Content on this page requires a newer version of Adobe Flash Player.

Get Adobe Flash player



A review by Pauline Flannery for EXTRA! EXTRA!





History Is Now: 7 Artists Take on Britain




Hayward Gallery


10 Feb – 26 Apr 2015

An oxymoron, History Is Now, is a creative artists’ initiative to capture Britain from 1945 in the run up to the General Election. Over 250 works reflect the state of the nation; episodes, like snapshots, drawn from archives, private and public collections tell, at times, a parochial tale. Curated by seven artists at the versatile Hayward Gallery, the experience is about how we remember, and like the parable of the talents, is rewarded a hundred-fold.

Sculptor Richard Wentworth is the most diverse, owing much to the eclecticism of the exhibits and airiness of the Hayward’s upper floor. Paul Nash’s ‘Totes Meer’ 1940 - 1941 and ‘Battle of Britain’ set against Tony Cragg’s stunning mural ‘Britain as Seen from the North’ made from detritus and plastic bric-a-brac; the scale of Reg Butler’s ‘Working Model for the Unknown Political Prisoner’ 1955, against pebbles beach-combed by Henry Moore. Wentworth juxtaposes the ‘humdrum modesty’ of domestic life with technological and military advancement.

The least engaging is Roger Hiorn’s BSE obsession. Artefacts gain more as a collective statement: John Gummer’s infamous ‘burger moment,’ Damien Hirst’s cows’ heads, ‘Out of Sight, Out of Mind’ 1991, interviews, scientific papers, statistics, news clippings and government memos he describes as ‘a deluge of raw information.’ This is experience as surfeit. The space resembles an incident room.   

There’s a similar complication in the Arts Council films curated by John Akomfrah - total running time 546 minutes. He focuses on painting, sculpture, dance and photography ‘transformed by the medium.’ The ubiquitous Gilbert & George feature as living sculptures in their 1981 16mm home movie cut with interviews of people in the East End and wry delivery. John Chesworth and Clive Myer’s 16mm film of Ballet Rambert’s ‘Imprint’ 1974, is diametrically opposite.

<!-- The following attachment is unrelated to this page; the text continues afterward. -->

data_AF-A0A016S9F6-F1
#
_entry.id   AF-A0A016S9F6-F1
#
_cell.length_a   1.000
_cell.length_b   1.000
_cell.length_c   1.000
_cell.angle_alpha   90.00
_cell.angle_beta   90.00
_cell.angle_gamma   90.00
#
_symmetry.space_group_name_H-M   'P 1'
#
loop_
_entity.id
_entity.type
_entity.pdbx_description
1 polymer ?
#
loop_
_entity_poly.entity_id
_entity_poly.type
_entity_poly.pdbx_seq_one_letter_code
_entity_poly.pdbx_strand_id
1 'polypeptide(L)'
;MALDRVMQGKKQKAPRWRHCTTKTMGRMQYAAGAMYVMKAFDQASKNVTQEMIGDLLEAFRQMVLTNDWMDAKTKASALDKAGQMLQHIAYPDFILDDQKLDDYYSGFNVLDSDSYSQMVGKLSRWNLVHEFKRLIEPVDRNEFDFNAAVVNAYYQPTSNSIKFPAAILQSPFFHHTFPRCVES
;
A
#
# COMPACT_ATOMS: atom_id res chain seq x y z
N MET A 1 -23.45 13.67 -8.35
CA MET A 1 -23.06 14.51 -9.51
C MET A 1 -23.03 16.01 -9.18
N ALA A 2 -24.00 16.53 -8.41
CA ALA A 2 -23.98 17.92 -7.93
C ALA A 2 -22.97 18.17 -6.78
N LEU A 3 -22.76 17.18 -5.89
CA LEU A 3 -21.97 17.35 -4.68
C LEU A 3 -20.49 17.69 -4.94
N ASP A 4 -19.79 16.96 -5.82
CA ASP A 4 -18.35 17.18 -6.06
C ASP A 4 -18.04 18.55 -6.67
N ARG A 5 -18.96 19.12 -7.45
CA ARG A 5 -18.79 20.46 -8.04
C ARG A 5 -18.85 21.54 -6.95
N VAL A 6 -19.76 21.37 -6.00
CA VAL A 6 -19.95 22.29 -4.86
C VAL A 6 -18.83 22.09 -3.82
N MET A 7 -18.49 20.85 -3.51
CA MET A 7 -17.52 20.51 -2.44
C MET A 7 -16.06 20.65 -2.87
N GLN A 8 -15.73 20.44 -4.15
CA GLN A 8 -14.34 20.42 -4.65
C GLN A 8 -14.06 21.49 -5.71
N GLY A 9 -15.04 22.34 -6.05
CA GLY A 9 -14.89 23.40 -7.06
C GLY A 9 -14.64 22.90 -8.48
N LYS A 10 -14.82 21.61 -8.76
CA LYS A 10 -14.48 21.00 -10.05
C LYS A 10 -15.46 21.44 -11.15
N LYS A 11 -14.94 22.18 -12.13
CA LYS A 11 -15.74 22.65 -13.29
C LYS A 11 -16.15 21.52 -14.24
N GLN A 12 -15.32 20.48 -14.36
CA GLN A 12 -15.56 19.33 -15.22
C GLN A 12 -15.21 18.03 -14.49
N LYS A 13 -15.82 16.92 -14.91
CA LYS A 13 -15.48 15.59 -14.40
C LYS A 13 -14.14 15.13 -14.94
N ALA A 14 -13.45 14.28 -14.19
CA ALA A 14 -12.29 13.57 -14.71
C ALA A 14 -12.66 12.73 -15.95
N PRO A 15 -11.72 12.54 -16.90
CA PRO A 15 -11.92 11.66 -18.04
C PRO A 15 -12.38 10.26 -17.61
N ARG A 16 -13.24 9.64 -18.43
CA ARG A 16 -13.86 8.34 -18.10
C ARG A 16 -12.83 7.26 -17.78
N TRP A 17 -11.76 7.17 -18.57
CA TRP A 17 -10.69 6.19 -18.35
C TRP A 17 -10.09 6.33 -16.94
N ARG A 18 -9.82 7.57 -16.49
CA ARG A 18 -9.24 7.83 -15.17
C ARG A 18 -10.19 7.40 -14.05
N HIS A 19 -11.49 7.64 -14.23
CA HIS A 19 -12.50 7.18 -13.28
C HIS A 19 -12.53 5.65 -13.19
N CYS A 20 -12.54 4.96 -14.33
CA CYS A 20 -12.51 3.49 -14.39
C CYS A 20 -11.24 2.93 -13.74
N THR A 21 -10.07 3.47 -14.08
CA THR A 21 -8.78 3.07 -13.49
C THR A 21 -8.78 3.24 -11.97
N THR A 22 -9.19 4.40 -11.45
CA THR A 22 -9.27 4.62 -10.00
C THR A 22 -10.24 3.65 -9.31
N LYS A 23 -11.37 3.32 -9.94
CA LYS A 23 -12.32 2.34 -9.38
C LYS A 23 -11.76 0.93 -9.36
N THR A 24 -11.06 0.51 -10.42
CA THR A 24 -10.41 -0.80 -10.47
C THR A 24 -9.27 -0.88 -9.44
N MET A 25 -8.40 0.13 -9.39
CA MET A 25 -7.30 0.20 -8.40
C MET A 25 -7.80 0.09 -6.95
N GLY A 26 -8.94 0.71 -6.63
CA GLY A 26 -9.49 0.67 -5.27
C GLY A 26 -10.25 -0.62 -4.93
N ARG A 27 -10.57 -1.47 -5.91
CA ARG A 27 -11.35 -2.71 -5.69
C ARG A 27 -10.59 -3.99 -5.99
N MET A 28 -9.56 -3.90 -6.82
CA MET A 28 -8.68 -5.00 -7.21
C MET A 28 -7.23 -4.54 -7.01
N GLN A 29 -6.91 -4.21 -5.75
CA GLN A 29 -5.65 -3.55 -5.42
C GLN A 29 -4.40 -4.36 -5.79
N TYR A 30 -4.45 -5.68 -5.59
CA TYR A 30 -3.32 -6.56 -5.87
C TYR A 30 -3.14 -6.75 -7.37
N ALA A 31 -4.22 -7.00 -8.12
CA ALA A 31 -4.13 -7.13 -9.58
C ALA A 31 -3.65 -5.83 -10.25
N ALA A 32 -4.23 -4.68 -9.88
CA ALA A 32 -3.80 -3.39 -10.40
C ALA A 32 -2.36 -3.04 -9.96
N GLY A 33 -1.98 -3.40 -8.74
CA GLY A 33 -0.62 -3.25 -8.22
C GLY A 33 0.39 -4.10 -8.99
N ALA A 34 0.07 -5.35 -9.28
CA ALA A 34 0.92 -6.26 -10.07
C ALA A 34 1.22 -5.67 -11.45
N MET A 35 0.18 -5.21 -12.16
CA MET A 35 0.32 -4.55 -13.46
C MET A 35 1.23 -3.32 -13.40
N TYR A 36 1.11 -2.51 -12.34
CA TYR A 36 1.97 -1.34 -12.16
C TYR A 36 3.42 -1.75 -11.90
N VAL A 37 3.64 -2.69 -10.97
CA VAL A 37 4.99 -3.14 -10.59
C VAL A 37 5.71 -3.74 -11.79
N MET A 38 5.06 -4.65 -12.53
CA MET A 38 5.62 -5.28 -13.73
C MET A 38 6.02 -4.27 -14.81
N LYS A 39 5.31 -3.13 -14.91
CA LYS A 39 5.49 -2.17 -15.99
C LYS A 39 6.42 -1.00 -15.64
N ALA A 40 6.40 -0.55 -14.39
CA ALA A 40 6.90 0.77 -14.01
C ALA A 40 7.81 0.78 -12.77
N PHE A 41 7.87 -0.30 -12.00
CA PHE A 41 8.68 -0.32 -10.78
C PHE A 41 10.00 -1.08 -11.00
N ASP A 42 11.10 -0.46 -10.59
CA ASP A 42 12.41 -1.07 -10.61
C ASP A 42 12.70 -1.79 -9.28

Photographer Hannah Starkey draws from the Arts Council Collection from the 70s to the 90s. Work by Chris Killip, ‘Youth, Jarrow’ 1976, John Hilliard’s series ‘Cause of Death’ 1974, Paul Graham’s ‘Baby and Interview Cubicles, Brixton DHSS, South London’ 1984 or David Chadwick’s ‘A Woman on a Hulme Walkway, Manchester’ 1976, are sharp examples in photo-realism, while the witty ‘Untitled’ and ‘The Winkies’ by Design Collective, Hipgnosis, 1975, plays advertising at its own game.

Twins and video artists Louise and Jane Wilson feature strong social and political themes from the streets of Northern Ireland to Greenham Common. Conrad Atkinson’s photographs and the gossamer-gothic black and white prints of Penelope Slinger shape a diverse, social landscape. The most immediate is Lesley McIntyre’s photographic wall of diarist Lyn Barlow as she cuts her way through a Greenham Common fence. The most striking is Stuart Brisley’s 1=66,666, 1983 exhibit, filled gloves suspended in a cage representing ‘hands that are unemployed, but able.’

London-born conceptualist artist Simon Fujiwara’s shows a breezy nonchalance, yet with a sting in his tail. Half a tonne of coal, mined in 2014, from one of the last remaining British coalmines, Swadlincote, is next to the suit designed by Consolata Boyle for Meryl Streep as Margaret Thatcher in ‘The Iron Lady.’ Exhibits foreground representation, sometimes benign, sometimes tragic: Sam Taylor-Wood’s film of a sleeping David Beckham, the small cut-away of Madeleine McCann’s distinctive right iris.  

The artist as curator is a trend at the moment. The Hayward and the Barbican both celebrate this. The experience is a licence to gate-crash and have a good rummage round. History Is Now is a smorgasbord of influences, sense and sensibilities: austerity, conflict, privatisation and consumerism. Britain is a rag-bag nation. Yet there is a heart despite changes in attitudes from 1945, the beginning of the NHS and the Arts Council. ‘Step in Time’ from Mary Poppins, the voices of George V and John Gummer create a curious white noise, oddly familiar, which follows you round. History Is Now? Take time, make time.
The Hayward Gallery
Southbank Centre
Belvedere Road
London SE1 8XX
Tickets £6.50 - £12.00
Opening Times: Monday 12 noon – 6pm, Tuesday, Wednesday, Saturday and Sunday 10am – 6pm, Thursday and Friday 10am – 8pm

Copyright © EXTRA! EXTRA All rights reserved